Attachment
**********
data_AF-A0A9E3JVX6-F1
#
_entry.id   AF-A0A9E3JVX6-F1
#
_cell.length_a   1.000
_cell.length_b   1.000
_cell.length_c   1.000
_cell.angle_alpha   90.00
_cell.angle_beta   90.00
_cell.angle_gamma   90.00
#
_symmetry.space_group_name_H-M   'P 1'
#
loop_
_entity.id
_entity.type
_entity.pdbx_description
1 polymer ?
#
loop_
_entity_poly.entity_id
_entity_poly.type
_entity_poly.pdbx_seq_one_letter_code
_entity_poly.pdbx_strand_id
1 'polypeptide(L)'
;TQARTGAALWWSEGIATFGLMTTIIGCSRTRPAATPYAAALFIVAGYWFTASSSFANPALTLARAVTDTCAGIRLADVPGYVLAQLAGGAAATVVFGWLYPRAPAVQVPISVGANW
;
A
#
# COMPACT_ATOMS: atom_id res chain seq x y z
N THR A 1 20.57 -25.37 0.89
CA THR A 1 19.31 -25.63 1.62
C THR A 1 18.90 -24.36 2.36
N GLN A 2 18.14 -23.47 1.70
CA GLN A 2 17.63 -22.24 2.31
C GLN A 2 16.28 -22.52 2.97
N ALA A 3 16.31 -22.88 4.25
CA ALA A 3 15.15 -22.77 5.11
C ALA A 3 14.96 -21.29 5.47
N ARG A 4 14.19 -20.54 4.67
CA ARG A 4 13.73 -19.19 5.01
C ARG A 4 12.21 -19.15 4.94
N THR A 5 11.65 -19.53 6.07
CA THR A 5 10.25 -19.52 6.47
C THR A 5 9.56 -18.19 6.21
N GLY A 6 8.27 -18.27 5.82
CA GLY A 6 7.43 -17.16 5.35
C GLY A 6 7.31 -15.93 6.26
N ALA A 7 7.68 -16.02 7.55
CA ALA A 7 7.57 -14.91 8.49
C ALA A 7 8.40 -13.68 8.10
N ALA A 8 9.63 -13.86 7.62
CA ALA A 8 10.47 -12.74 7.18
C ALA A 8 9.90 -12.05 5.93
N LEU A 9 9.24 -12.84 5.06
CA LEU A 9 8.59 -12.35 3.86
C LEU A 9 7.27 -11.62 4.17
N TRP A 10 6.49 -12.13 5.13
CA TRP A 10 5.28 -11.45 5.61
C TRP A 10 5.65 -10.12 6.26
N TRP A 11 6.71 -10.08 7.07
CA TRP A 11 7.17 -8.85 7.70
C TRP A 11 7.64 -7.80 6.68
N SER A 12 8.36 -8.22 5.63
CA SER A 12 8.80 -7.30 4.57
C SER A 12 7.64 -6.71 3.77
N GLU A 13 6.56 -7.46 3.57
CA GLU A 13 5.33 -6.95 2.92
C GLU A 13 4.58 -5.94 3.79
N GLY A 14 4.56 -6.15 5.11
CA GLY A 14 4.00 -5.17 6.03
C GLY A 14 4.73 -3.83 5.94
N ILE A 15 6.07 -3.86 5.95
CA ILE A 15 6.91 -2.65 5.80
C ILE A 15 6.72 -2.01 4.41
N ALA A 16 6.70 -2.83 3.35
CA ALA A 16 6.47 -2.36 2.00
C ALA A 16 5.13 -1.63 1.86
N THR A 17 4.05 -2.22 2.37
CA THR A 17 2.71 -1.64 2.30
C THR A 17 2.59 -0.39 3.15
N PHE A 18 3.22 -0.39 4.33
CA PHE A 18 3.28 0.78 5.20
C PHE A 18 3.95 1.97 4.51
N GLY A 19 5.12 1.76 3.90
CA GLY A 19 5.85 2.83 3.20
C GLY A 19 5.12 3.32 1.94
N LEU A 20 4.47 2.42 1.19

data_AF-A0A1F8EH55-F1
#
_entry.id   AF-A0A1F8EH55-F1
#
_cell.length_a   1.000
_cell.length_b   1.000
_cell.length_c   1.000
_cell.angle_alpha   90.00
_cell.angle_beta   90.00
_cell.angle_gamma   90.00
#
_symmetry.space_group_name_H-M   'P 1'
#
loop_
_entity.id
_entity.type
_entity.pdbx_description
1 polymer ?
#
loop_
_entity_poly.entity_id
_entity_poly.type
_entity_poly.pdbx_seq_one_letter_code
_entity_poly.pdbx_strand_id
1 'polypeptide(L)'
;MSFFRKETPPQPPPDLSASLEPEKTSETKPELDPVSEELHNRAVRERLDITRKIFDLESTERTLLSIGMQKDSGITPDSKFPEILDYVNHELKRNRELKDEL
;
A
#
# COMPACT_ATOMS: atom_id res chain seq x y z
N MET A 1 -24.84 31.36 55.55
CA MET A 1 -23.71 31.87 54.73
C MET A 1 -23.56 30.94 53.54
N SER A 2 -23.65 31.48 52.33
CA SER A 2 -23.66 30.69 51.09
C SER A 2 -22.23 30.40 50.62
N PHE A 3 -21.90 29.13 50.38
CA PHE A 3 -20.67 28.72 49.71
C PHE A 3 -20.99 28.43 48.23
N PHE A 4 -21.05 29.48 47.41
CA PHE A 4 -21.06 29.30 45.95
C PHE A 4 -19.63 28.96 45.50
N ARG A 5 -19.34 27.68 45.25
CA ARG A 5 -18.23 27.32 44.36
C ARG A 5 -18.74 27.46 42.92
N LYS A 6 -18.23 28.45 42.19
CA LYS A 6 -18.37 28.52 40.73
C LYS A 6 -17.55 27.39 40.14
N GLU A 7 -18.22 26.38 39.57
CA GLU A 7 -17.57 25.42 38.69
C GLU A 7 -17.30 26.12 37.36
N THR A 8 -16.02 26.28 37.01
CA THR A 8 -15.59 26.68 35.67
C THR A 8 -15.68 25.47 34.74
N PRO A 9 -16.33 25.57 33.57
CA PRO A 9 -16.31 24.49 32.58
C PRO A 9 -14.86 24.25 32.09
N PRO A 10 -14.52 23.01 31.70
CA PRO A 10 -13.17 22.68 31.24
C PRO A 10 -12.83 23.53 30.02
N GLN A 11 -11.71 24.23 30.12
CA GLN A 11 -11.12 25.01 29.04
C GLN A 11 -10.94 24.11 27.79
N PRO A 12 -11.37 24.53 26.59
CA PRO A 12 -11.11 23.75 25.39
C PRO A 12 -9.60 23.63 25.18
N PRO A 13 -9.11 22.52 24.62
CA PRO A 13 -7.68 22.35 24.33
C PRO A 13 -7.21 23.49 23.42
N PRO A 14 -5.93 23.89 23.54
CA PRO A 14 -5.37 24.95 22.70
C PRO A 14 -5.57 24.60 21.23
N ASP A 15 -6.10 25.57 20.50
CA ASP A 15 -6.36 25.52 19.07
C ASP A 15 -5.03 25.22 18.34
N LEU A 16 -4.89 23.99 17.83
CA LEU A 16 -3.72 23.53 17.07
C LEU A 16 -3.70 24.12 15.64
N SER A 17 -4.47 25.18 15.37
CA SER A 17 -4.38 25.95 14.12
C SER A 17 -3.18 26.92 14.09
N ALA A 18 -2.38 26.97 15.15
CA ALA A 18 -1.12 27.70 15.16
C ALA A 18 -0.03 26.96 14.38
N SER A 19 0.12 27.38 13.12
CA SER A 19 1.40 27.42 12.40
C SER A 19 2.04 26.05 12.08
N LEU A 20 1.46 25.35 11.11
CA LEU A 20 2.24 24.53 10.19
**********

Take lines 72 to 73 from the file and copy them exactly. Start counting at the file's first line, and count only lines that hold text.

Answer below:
C GLY A 14 4.73 -3.83 5.94
N ILE A 15 6.07 -3.86 5.95